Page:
Here are some recent stories in the news related to criminal justice that were somewhat dispiriting.
In June, the Supreme Court issued an opinion in the case of Utah v. Strieff which further whittles down our Fourth Amendment right to be free from warrantless searches. In a five justice majority opinion by Judge Thomas, the Court held that if, during the course of an illegal search of a person, the officer discovers there is an outstanding warrant for the person being searched, then all of the evidence seized in the illegal search is admissible in court.
Sonia Sotomayer’s dissent was brilliant and says it all. I strongly recommend reading the entire opinion but here is a part of her dissent:
“The Court today holds that the discovery of a warrant for an unpaid parking ticket will forgive a police officer’s violation of your Fourth Amendment rights ….Do not be soothed by the opinion’s technical language: This case allows the police to stop you on the street, demand your identification, and check it for outstanding traffic warrants—even if you are doing nothing wrong.”
Towards the end of her dissent, Sotomayer eloquently discusses the racial dimension of suspicionless stops and unconstitutional searches, citing the writing of W.E.B. Du Bois, James Baldwin, and Ta-Nehisi Coates.
By the way, if you like memoirs, I highly recommend Sotomayer’s memoir, “My Beloved World.” As a first generation Puerto Rican who grew up in the Bronx, she has led an interesting life which clearly informs the perspective she takes in many of her opinions.
Roadside Drug Tests
In July, a few weeks after the Strieff opinion issued, a piece of investigative reporting related to criminal justice by the New York Times done in collaboration with Pro Publica caught my eye.
The report showed how the inexpensive “roadside drug test kits” commonly used by police have led to thousands of wrongful convictions. Although they have been shown to be prone to false positives and high error rates, police departments throughout the country (and in California) continue to use these tests to make drug arrests after examining alleged “evidence” found on the persons—or often in the cars or homes—of those arrested. In 1978 the Department of Justice determined that these error-ridden tests should not be used for evidentiary purposes. In most jurisdictions prosecutors are required to obtain more reliable laboratory testing for use at trial. The problem is that, by the time the lab results come back, many defendants have already chosen to take a quick plea bargain, based on the results of the “presumptive” roadside testing, in order to get out of jail. The authors of this article estimate that the number of people wrongfully convicted from police and prosecutors’ reliance on these cheap drug tests is in the tens of thousands.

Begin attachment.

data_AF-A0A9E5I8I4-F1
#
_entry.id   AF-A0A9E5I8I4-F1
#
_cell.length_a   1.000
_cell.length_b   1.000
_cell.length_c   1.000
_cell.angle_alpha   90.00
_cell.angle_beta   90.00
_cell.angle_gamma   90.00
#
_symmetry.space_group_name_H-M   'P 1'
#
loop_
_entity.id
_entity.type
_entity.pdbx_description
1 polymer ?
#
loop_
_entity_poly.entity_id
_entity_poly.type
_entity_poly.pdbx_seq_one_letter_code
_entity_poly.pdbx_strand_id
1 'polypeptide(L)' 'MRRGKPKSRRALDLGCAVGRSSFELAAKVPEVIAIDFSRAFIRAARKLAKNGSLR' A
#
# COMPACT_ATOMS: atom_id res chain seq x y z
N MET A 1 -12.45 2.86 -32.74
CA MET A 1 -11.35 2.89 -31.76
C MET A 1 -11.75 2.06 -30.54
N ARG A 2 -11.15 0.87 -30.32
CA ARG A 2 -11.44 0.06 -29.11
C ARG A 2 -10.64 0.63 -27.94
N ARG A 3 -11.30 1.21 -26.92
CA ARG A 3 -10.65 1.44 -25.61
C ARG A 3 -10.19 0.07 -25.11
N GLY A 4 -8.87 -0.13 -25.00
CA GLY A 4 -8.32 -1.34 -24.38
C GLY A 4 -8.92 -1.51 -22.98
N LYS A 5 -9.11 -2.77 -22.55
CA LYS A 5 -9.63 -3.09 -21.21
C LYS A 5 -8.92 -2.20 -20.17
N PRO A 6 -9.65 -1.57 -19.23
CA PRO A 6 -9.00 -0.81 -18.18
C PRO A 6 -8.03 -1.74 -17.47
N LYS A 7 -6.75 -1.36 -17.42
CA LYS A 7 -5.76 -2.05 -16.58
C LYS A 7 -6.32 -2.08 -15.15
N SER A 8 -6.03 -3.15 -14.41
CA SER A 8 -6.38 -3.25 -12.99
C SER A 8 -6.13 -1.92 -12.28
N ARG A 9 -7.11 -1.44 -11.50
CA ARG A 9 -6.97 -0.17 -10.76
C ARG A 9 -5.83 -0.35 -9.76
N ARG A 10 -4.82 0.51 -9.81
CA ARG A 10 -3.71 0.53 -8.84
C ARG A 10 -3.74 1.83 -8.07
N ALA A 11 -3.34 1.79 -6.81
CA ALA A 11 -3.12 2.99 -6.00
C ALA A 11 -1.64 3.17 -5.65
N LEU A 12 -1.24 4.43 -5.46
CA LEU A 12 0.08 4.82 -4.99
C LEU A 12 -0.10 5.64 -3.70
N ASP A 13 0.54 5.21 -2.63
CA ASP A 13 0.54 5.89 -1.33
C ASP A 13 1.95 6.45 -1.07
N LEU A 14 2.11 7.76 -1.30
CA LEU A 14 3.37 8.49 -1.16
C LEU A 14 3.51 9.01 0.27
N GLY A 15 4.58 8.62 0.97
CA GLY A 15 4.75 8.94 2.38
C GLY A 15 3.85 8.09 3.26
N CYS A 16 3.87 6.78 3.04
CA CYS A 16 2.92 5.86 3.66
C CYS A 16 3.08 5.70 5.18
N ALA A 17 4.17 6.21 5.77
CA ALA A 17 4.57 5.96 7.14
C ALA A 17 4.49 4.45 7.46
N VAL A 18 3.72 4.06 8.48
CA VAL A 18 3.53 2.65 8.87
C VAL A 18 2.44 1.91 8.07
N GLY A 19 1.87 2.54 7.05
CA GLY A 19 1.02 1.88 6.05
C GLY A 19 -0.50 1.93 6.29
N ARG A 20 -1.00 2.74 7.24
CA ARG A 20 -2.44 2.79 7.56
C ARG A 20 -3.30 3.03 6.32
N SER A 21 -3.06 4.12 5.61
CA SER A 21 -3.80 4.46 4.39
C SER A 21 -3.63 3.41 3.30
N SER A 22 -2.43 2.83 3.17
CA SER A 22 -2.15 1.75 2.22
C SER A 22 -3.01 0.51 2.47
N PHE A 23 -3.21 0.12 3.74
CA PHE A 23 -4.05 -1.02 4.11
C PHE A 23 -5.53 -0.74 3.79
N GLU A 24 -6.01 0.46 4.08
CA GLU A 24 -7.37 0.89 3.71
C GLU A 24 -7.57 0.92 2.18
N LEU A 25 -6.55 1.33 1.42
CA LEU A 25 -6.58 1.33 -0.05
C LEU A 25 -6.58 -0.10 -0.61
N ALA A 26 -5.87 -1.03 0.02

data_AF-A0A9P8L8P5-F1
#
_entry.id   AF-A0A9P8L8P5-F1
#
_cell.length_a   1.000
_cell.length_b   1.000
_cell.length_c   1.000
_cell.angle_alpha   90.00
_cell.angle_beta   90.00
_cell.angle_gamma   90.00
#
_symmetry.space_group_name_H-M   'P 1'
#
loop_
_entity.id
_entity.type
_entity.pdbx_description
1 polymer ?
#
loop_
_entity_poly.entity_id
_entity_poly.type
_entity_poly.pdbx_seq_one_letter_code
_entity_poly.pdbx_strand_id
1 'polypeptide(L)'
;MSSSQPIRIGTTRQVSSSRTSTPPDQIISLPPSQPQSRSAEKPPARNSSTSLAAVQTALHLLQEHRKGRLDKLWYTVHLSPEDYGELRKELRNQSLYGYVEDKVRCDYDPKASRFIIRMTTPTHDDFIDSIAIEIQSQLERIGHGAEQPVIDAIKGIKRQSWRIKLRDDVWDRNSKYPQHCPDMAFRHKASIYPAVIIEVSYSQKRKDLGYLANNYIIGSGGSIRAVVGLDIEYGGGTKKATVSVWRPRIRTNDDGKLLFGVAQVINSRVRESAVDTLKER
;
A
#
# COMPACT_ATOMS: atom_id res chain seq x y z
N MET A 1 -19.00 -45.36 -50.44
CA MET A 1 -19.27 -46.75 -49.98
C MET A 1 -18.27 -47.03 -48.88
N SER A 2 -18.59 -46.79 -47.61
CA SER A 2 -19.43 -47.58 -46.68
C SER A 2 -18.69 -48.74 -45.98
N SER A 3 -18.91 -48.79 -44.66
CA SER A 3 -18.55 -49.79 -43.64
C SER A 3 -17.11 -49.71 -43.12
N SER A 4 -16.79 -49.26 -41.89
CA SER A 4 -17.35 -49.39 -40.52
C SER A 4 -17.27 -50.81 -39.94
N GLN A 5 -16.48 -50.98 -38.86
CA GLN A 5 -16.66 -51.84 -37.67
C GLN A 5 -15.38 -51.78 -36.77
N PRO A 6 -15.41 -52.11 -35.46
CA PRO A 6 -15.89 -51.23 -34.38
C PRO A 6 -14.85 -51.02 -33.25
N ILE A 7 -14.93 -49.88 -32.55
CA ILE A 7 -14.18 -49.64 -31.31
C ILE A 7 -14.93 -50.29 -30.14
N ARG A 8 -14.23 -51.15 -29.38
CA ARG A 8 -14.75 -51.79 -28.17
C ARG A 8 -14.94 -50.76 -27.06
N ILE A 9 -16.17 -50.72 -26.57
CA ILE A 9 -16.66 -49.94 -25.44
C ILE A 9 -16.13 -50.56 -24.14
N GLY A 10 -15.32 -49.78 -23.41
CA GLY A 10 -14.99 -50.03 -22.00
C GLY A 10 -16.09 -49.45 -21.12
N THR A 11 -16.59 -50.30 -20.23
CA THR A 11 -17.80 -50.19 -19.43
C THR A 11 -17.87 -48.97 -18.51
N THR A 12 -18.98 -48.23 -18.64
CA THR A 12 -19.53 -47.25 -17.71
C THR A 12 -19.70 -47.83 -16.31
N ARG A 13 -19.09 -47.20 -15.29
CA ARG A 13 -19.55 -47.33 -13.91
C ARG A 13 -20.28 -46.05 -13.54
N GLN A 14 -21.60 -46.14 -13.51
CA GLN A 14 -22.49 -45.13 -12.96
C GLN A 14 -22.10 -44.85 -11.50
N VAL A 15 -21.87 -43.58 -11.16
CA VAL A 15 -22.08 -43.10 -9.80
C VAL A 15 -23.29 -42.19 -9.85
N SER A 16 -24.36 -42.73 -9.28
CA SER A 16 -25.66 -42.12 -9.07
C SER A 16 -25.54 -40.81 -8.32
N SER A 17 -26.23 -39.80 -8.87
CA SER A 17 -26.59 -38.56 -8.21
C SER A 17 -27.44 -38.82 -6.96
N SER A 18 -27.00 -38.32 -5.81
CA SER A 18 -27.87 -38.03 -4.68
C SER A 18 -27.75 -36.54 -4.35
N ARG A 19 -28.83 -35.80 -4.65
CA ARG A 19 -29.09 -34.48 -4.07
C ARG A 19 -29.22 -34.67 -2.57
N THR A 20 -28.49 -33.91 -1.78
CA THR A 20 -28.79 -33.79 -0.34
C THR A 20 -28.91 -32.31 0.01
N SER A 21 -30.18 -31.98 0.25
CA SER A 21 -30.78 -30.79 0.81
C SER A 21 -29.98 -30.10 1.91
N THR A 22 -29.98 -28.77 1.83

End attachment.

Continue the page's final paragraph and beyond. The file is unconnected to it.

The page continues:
In the county where I mostly practice, defense attorneys are usually provided with lab test results relatively quickly, at least by the time of the defendant’s preliminary hearing. So it would be unlikely for someone to be held for more than a couple of weeks on a faulty presumptive test. But of course, a couple of weeks in jail (because of the inability to pay bail) can result in losing a job, housing and other life changing outcomes.